I've tried to jazz up the conflict a bit and take apart each argument and analyze them. Aside from the shameful attempt at publicizing my blog, is there anything to be learned from comparing the two arguments? Specifically, are certain arguments so old as to be useless in the discussion about God's existence (the presence of evil, religious people do bad things, I believe just because, etc).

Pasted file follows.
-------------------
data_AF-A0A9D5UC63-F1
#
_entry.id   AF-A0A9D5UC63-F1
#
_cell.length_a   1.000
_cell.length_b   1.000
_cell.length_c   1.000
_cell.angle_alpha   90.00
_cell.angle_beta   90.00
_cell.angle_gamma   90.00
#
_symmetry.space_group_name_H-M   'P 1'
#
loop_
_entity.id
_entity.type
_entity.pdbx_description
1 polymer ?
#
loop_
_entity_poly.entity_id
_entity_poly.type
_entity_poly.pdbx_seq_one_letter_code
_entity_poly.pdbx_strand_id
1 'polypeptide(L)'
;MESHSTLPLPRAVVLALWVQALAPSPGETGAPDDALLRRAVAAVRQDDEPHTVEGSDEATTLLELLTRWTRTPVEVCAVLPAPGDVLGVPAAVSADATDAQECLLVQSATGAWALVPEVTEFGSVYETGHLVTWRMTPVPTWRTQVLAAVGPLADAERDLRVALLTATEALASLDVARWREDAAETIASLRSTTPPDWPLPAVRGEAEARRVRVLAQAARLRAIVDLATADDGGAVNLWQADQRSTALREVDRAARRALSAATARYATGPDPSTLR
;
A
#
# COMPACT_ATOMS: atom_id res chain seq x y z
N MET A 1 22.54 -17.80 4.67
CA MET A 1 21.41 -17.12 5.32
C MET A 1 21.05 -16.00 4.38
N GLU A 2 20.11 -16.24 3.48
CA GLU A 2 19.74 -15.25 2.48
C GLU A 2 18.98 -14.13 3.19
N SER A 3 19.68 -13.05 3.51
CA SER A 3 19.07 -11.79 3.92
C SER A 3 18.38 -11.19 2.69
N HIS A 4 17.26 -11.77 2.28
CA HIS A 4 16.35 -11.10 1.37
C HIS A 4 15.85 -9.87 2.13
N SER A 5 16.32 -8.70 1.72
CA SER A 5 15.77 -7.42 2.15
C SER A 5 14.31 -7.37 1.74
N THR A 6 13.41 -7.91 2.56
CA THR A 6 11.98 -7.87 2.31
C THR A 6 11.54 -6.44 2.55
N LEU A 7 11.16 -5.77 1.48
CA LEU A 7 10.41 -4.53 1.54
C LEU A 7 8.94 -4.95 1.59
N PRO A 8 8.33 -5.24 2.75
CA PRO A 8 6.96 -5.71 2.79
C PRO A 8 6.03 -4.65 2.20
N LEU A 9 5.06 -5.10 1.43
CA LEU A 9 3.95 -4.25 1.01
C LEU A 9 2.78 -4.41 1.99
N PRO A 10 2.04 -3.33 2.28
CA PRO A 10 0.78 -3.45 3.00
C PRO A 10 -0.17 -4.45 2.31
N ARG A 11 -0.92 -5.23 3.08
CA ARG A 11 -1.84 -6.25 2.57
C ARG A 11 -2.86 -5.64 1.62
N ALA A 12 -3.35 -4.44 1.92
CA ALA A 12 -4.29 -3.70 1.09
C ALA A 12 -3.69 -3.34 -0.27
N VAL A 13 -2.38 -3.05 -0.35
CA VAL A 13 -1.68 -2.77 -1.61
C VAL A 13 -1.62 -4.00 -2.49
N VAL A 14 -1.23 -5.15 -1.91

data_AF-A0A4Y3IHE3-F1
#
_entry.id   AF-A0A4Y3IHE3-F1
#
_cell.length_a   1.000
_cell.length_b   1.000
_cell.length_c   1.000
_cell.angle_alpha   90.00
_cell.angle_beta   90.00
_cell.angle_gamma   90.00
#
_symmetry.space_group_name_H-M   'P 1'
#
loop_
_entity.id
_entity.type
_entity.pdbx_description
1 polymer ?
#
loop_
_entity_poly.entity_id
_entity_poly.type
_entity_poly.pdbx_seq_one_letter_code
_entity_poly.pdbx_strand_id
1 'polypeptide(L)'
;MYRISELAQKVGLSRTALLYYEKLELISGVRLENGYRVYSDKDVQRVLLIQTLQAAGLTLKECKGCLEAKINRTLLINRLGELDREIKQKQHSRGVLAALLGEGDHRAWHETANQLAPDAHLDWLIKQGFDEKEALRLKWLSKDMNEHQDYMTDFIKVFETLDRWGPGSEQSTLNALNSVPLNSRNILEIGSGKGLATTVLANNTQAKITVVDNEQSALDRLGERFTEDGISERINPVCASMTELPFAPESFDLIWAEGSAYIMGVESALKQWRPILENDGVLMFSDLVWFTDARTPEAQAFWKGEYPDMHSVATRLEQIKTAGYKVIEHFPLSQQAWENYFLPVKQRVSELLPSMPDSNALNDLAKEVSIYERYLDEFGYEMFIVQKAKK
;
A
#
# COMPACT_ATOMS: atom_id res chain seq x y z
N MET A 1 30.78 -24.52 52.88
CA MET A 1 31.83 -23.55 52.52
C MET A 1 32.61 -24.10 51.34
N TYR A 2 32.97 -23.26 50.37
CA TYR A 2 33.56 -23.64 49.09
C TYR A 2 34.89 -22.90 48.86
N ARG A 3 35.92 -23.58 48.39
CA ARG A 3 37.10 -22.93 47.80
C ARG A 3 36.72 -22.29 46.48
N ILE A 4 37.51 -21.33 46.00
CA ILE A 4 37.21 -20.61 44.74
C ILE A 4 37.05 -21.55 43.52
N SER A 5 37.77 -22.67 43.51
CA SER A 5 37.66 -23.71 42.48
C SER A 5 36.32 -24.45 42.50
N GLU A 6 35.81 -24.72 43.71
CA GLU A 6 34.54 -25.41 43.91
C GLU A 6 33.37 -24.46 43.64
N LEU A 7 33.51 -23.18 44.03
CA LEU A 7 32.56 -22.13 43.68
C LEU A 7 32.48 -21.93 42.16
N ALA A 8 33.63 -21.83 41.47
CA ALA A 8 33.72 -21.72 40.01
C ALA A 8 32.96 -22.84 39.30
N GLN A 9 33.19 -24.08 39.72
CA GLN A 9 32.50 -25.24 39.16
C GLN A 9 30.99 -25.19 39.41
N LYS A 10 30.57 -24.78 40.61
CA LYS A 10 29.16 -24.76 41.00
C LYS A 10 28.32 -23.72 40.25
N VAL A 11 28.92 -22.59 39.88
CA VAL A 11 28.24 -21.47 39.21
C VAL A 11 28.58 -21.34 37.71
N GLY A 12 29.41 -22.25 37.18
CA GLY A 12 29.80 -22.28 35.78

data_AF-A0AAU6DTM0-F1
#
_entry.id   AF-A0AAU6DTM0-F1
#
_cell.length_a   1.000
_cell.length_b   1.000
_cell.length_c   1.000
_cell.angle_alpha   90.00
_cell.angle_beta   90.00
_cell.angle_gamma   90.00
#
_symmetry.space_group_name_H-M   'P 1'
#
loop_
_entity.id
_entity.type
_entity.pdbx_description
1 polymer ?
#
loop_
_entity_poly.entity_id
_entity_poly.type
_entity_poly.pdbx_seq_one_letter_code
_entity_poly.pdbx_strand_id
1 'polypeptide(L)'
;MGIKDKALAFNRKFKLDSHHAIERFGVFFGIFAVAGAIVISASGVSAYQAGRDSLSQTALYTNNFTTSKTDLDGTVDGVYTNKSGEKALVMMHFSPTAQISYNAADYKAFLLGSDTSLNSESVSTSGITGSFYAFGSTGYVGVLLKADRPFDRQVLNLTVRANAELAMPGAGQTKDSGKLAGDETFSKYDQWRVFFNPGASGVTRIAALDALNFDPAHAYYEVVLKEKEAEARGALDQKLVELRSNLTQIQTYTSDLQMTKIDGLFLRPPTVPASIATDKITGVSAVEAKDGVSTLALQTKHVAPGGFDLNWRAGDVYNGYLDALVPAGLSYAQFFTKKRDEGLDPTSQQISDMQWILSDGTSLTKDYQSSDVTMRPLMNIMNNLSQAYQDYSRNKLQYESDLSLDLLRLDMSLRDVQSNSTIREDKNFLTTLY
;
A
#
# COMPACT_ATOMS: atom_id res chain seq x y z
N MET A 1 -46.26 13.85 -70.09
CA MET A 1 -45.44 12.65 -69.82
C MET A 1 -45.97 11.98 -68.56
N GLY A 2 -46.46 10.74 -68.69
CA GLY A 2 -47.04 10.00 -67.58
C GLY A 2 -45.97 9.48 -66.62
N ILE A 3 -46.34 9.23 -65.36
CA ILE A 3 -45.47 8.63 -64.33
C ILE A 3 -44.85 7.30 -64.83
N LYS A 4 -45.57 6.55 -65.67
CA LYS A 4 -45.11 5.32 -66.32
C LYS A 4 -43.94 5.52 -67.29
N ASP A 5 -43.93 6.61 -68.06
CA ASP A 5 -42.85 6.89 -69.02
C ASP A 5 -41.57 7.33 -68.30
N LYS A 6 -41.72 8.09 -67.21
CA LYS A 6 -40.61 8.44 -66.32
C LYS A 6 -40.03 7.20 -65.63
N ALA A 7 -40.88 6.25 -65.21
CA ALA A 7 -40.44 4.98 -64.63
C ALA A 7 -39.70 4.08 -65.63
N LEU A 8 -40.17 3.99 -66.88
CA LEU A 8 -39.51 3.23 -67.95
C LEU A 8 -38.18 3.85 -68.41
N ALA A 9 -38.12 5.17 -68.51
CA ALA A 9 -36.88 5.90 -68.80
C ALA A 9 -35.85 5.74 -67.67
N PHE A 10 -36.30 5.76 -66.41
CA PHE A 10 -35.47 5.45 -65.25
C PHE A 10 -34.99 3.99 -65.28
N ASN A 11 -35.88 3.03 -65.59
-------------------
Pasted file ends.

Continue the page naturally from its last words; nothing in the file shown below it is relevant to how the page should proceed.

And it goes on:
Hitchens and many atheists seem to feel mankind as a species has evolved to the point that we need to give up silly superstitious beliefs and walk with full vision into our future. Relgious folk such as Gerson seem to feel that such talk is hardly new, is hardly more evolved, and lacks substance. Has the argument evolved? Granted, simple superstitions such as Gods causing eclipses and thunder storms have long since passed for most humans, but many educated and intelligent people believe in something outside their own cosmos. Is the evolution of God into more obscure parts of our science a sign that God is almost dead? Or are we beginning to realize that the concept of God is simply a concept of anything outside our understanding — something that will always remain outside our reach? It's the weekend, and it's time for some Epistemology Smackdown for Nerds. I've got twenty bucks on Hitch!"